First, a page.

The new gene expression molecular taxonomy of breast cancer places medullary carcinoma in the basal group. The basal group is considered to have a poor prognosis, but medullary carcinoma is considered to have a better prognosis than other grade 3 carcinomas. The prognostic significance of tumour associated inflammation, an important feature of medullary carcinomas, remains controversial. The aim of this study was to assess the prognostic importance of medullary histological type and inflammation in breast cancer. One thousand five hundred and ninety-seven patients who received no systemic adjuvant treatment and who had a median follow up of 9.5 years were studied.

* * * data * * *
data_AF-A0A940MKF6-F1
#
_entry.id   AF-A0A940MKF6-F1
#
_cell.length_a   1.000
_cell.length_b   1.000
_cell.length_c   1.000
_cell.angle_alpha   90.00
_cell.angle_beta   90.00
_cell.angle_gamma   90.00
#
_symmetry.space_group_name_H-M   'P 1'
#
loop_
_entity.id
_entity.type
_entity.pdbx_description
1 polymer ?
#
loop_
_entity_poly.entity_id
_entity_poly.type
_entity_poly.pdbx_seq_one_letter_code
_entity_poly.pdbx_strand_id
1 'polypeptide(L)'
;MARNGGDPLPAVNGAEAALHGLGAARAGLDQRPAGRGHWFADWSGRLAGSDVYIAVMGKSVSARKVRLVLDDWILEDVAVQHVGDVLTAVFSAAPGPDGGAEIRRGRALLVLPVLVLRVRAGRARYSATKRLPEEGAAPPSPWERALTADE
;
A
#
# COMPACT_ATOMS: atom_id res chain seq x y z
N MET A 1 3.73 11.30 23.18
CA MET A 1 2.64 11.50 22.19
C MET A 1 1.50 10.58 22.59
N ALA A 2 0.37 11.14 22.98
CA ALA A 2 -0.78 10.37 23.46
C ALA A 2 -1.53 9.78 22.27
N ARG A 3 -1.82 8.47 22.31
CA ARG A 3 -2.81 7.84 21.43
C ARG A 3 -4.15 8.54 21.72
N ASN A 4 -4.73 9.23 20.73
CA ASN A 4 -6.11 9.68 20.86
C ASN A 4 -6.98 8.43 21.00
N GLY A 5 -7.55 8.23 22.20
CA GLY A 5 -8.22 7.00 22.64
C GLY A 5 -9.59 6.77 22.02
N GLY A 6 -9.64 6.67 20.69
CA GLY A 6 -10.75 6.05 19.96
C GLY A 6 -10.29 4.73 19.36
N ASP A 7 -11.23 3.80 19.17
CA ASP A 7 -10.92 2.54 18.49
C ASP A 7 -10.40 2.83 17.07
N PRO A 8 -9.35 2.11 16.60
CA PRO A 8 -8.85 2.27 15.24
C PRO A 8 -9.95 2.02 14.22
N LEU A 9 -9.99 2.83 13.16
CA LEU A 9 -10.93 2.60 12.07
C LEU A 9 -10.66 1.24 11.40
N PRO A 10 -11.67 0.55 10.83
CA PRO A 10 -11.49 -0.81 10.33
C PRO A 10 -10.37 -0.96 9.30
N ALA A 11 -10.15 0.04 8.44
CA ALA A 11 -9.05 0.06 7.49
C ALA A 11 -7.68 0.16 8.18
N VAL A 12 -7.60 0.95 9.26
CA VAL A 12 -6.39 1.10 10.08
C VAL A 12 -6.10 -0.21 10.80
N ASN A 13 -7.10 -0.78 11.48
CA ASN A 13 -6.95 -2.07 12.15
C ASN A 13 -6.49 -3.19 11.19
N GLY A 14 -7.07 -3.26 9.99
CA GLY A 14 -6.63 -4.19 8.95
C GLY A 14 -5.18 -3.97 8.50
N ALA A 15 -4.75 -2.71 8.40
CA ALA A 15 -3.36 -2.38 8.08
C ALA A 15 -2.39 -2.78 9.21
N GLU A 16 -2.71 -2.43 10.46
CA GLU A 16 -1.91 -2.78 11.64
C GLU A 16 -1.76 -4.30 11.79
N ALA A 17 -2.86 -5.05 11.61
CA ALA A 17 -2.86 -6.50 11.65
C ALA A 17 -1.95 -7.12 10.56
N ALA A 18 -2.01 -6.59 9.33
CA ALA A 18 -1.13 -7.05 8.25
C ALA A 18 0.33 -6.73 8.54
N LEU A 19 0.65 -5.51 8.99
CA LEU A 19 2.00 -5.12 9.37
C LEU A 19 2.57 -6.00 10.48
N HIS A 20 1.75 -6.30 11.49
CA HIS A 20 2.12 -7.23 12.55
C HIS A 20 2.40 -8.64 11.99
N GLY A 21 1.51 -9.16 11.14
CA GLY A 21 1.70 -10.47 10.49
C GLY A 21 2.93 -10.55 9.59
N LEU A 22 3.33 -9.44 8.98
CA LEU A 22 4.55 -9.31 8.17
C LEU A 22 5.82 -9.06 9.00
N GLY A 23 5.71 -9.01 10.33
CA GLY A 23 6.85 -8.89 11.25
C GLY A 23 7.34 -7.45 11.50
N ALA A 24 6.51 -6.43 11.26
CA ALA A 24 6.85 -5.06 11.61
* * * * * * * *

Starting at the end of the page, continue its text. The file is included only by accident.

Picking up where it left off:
Results: Prominent inflammation was associated with high histological grade and with better survival [relative risk (RR) 0.57, 95% confidence intervals (CI) 0.44-0.74] on multivariate analysis. Typical and atypical medullary carcinomas (n=132) did not have significantly different survival and were grouped together. Medullary carcinoma did not have significantly different prognosis than grade 3 ductal carcinoma with prominent inflammation, but both had a better prognosis than grade 3 ductal carcinoma without prominent inflammation (P<0.0001 and P=0.03). These differences were independent of other prognostic factors. These results question the current separation of typical and atypical medullary carcinoma. Prominent inflammation is associated with a better prognosis, and may explain the better prognosis in medullary carcinoma compared with grade 3 ductal carcinoma without prominent inflammation. The good prognosis of medullary carcinoma emphasises the heterogeneity of basal-like breast carcinomas. Further studies are needed to investigate the difference in survival between medullary carcinoma and other forms of basal carcinomas and the role of inflammation in any such differences in behaviour.